On arriving at the train station enroute to Jyväskylä from Helsinki airport, I wondered: Finland does not seem like a foreign country despite the snowy landscapes. There is familiarity in the recognition of faces milling around, in their responsiveness to my navigational questions.
That was the beginning of my memorable week-long exploration on a University of Jyväskylä / Global Innovation Network for Teaching and Learning (GINTL) small grant enabled trip (13th to 20th January 2024). While demographic and geographical differences were salient, cultural similarities with India were also plentiful.
STEAM through art
My visit started with a rejuvenating Sunday spent comfortably walking on fresh snow and being shown around the University by researchers at the Finnish Institute for Educational Research’s Innovative Learning Environments (ILE) group. The first working day was spent in thought-provoking discussions as part of a collaborative STEAM-exchange workshop at the University and the Jyväskylä Art Museum.
It was interesting to see the spirit of camaraderie and commitment in the group to educational issues and practical solutions for schools from a range of research areas and initiatives. My mind kept attempting to anchor presented concerns and outcomes with larger theoretical frameworks. Children’s artworks in the museum setting were thoughtfully produced: some along with Artificial Intelligence tools. The museum itself reflected this contemporaneity and open-ness in the setting and choice of exhibits. The productions further indicated scaffolding in the process of development of children’s creations. It was pleasant to browse through postcards and magnets at the Museum store showcasing works of well-known Finnish children’s book illustrators, evoking the country’s historically developed and aesthetically framed reading cultures.
I enjoyed the pleasant vibes during paired collaboration and group discussion while participating in the technology well-being workshop and debrief session led by Kati Clements & Saana Mehtälä on the second day. The care and precision in formulating participant instructions culminating in the Lego prizes was exciting.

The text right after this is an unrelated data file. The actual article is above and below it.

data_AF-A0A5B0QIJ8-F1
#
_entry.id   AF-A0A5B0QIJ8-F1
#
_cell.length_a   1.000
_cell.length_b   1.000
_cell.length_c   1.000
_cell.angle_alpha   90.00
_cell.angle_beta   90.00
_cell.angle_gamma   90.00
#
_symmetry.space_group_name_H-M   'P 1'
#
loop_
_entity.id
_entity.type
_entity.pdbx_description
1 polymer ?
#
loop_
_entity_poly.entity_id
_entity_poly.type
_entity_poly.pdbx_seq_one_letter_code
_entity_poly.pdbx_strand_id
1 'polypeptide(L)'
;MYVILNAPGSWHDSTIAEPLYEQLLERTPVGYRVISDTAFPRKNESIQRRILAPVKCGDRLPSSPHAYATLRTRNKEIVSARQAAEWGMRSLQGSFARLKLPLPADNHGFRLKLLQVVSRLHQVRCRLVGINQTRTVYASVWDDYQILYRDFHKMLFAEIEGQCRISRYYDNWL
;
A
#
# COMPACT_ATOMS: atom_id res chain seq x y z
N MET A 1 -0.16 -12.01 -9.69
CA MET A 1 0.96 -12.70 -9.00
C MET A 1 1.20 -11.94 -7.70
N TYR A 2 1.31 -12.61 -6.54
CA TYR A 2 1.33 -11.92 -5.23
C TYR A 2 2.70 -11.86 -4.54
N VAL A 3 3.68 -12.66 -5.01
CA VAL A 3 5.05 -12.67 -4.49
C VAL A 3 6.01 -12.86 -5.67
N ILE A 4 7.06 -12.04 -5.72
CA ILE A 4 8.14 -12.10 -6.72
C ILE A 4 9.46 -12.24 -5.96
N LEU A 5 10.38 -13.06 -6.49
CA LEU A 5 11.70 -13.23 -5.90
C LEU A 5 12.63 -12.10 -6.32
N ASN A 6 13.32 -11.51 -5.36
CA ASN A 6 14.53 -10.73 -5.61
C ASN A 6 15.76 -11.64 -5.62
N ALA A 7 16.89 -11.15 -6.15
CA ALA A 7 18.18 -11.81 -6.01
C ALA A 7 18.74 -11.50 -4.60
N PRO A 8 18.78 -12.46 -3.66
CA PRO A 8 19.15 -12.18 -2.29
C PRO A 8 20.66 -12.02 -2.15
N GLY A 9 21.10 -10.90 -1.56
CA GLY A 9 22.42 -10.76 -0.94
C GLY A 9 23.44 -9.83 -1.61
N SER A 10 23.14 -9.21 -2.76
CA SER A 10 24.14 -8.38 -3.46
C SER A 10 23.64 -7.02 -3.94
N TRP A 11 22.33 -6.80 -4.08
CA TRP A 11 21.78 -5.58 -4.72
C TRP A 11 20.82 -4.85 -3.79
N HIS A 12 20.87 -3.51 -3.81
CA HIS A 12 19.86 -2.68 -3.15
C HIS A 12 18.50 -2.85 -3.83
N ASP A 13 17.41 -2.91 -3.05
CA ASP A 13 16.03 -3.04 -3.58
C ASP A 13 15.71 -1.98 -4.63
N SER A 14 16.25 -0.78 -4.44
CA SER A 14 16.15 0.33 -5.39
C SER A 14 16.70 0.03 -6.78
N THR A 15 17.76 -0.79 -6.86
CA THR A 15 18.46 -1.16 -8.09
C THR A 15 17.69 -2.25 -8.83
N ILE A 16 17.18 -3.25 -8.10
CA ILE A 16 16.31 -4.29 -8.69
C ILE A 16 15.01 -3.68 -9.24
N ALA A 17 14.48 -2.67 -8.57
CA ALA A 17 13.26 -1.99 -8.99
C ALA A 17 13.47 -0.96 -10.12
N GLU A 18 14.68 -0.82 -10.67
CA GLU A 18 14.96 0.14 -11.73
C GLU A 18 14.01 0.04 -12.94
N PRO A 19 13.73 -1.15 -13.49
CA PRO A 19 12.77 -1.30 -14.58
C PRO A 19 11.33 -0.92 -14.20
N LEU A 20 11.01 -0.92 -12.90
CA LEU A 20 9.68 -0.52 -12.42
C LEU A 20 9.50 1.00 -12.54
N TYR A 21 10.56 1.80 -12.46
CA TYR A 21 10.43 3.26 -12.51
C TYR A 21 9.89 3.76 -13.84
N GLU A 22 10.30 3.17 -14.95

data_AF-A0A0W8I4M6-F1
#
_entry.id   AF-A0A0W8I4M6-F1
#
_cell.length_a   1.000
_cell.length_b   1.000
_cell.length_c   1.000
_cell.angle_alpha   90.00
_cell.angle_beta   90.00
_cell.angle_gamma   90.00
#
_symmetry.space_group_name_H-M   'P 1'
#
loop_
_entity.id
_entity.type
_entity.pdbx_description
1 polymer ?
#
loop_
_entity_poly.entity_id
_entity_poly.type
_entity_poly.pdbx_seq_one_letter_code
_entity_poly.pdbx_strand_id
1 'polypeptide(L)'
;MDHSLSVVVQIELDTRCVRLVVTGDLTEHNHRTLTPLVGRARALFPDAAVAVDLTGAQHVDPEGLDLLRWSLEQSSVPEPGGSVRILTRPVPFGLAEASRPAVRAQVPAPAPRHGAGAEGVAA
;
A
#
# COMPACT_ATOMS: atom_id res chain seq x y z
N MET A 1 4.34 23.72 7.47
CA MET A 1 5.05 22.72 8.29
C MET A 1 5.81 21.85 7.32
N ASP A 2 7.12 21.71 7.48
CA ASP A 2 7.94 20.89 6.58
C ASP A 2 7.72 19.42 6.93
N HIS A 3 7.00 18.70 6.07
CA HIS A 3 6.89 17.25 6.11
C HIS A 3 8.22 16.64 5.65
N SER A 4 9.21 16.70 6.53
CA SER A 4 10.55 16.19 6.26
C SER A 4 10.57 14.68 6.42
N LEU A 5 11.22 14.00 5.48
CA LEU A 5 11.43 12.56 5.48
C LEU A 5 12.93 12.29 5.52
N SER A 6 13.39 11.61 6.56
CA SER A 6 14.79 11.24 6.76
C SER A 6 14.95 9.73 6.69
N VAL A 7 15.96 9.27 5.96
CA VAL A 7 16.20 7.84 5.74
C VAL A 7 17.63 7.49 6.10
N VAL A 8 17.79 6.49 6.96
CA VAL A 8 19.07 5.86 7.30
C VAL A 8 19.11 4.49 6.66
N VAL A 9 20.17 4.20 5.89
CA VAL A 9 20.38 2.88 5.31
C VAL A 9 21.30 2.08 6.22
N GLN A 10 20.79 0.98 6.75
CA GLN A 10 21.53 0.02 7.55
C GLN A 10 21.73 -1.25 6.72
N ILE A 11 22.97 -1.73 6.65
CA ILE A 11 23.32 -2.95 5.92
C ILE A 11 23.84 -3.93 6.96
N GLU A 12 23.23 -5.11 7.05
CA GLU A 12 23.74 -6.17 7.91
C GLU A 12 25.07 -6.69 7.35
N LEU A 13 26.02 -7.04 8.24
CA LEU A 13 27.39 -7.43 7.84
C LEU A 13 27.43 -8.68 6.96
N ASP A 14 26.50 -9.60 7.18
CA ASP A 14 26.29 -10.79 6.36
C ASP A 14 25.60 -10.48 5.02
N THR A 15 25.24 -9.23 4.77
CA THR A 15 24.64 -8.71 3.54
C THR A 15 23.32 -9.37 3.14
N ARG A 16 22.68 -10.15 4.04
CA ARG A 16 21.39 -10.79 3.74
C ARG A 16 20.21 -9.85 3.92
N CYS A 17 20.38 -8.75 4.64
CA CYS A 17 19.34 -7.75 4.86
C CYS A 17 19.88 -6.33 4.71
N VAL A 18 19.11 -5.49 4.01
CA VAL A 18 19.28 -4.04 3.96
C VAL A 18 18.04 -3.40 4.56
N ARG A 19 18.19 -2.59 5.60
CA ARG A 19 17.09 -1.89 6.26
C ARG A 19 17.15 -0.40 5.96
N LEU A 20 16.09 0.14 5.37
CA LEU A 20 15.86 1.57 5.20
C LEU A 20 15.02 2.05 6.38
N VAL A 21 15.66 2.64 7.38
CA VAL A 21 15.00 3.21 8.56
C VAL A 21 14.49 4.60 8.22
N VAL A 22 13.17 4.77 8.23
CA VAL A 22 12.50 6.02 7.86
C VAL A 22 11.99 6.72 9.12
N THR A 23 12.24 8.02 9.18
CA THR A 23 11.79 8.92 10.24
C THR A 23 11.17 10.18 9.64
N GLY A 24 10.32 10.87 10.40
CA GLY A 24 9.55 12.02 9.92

Thought-provoking school visits
School visits on the third day were thought-provoking. This was particularly so while witnessing attentive adolescent children in the upper secondary grades at the University of Jyväskylä teacher training school: the experimental research wing of the University. High school students in a Physics class were diligent in following instructions and conducting experiments, while the teacher traversed multiple educational technological tools. I was initially puzzled about children appearing largely homogenous in their engagement and behaviour. I then learnt that this group of excellent students had specially applied to study at the prestigious school, keen to further their academic interests.
In a different Physics class compulsory for all students, another teacher demonstrated his effort in imagining and developing an immersive theme-based classroom environment.
His presence in the classroom was motivating and brought students into engaged participation along with overt displays of adolescent identities: playful but attentive. Our visit to the Jyväskylä Christian School with Jukka Sinnemäki clearly demonstrated the school’s emphasis on the ethics of working with hands. Students were happily immersed in metalwork, woodwork, cookery and musical instruments making me recall our Indian thinker, Gandhi’s focus on productive-work-centred curricula. A group of kindergartners were busily working on small wooden frames bearing their names: some of them a tad bit unhappy about not forming the perfect piece! On the other hand, there was competing space for technological sophistry in the use of fitness equipment.
Commitment to inter-disciplinary research
It was wonderful to participate in various group discussions envisioning projects with researchers at JYU. It seemed that the imperative to collaborate was clear with a variety of collaborative partners, indicating a work ethic and commitment to inter-disciplinary research. Walking around campus helped me meet with various people who had helped in conceptualising and making possible this collaborative visit.
Visit to Helsinki colleagues
Exploring Helsinki on the fourth day was quite breathtaking, while soaking in various monuments and historically significant structures, including the University of Helsinki. Our meeting with Jenny Niu from the GINTL coordination team at University of Helsinki led to other explorations: particularly of The Playful Learning Centre. Lecturer, Jonna Kangas’s enthusiasm coupled with her detailed explanations of the specially made, sourced and arranged materials at the Centre, was enthralling. We also managed to glimpse engaged student teachers taking Math and Biology education lessons.
Throughout the week I experienced snow-clad landscapes and understood why the Finnish language accommodated multiple words and phrases to capture different emotions associated with snow and possibilities for outdoor play. Finally, the cultural experience of the Finnish sauna and a winter get-together at host, Dr. Kristof Fenyvesi’s cottage over a bonfire were remarkable both for its novelty and togetherness which characterised my Finland experience. My gratitude goes to the hosts at JYU and to GINTL for enabling this visit and opening possibilities for further collaboration.
Acknowledgements: I would like to thank several people associated with this visit and interactions: Kristof Fenyvesi, Apoorwa Hooda, Samuel Madtha, Matias Mäki-Kuutti, Orsolya Tuba, Takumi Yada, Heidi Layne, Jan Vanek, Olli-Pekka Malinen, Kati Clemens, Saana Mehtälä, Tiina Mäkelä, Sirpa Turpeinen, Manu Mäkinen, Minni Matikainen, Johanna Turunen, Hannu Moilanen, Tom Nevanpää, Jukka Sinnemäki, Jonna Kangas, Jenny Niu, Pia Krimark, Anna-Leena Kähkönen, and Anna-Maija Poikkeus.